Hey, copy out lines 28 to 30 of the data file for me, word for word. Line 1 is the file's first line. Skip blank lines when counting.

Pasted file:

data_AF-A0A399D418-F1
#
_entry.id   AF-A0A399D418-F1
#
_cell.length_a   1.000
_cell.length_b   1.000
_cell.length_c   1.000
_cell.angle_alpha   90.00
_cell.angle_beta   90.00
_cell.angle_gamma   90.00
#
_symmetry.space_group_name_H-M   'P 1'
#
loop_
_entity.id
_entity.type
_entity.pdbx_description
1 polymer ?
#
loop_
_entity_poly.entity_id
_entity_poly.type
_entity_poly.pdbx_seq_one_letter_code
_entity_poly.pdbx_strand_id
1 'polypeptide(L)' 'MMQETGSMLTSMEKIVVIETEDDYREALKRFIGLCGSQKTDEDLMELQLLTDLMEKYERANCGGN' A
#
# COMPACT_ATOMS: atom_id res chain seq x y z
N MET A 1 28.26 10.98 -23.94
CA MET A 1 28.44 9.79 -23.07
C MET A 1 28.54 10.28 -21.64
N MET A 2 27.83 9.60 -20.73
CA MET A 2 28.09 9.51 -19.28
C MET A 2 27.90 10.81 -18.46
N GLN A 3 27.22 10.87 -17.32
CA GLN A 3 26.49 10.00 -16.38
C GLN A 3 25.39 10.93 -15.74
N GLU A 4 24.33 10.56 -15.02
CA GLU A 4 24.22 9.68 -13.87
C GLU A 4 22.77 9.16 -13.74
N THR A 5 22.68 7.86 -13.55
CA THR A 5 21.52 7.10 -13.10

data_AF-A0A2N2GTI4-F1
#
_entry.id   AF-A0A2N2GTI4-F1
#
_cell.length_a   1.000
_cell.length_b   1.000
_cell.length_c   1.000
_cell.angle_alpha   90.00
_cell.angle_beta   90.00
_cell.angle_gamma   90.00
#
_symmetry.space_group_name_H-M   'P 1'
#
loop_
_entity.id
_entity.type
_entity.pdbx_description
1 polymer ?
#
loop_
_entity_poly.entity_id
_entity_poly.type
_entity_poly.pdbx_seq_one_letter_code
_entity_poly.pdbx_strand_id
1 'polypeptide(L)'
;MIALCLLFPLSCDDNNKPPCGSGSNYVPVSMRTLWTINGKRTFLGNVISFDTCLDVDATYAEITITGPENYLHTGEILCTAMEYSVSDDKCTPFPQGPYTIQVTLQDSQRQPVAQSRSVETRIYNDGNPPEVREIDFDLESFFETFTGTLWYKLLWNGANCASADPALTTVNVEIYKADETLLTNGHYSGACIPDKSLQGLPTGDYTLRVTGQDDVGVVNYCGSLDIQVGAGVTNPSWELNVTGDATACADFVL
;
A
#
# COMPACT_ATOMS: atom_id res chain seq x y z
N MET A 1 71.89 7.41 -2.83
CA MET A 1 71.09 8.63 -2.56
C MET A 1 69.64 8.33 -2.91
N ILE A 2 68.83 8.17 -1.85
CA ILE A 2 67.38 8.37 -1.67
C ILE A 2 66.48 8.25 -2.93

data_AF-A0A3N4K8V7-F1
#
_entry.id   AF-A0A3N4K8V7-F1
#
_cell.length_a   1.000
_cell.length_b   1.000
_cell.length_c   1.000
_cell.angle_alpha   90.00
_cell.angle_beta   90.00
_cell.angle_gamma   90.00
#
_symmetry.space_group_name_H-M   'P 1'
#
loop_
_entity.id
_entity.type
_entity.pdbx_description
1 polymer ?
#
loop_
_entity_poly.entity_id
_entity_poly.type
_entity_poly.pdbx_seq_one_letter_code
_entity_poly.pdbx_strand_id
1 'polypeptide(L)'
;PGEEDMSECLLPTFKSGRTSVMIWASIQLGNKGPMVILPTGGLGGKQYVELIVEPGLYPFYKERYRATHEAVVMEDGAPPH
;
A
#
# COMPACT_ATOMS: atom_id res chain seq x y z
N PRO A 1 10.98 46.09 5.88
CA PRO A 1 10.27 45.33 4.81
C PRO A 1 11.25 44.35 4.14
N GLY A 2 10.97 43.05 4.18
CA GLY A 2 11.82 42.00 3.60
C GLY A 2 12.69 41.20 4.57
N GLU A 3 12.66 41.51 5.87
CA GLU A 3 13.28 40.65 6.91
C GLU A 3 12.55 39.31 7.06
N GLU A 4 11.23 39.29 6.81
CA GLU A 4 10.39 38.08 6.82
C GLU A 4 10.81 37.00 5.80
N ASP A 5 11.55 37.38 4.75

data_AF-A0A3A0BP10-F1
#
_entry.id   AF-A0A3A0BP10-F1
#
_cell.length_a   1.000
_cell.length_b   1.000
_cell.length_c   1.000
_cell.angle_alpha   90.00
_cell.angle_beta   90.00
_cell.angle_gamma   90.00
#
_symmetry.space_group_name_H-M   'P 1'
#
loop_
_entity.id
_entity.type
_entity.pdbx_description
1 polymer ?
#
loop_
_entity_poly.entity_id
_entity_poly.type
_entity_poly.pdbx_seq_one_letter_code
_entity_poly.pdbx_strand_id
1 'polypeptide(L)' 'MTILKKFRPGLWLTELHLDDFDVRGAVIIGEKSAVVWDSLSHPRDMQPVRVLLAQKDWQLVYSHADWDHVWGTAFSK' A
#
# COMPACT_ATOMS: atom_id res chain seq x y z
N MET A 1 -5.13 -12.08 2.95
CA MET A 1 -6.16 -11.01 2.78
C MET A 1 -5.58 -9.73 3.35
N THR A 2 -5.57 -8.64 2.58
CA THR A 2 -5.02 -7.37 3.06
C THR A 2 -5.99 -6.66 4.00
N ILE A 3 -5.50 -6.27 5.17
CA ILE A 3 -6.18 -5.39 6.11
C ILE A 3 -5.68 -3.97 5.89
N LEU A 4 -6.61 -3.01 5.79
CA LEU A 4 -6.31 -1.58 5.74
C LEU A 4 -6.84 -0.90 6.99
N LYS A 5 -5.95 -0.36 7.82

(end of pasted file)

N MET A 1 28.26 10.98 -23.94
CA MET A 1 28.44 9.79 -23.07
C MET A 1 28.54 10.28 -21.64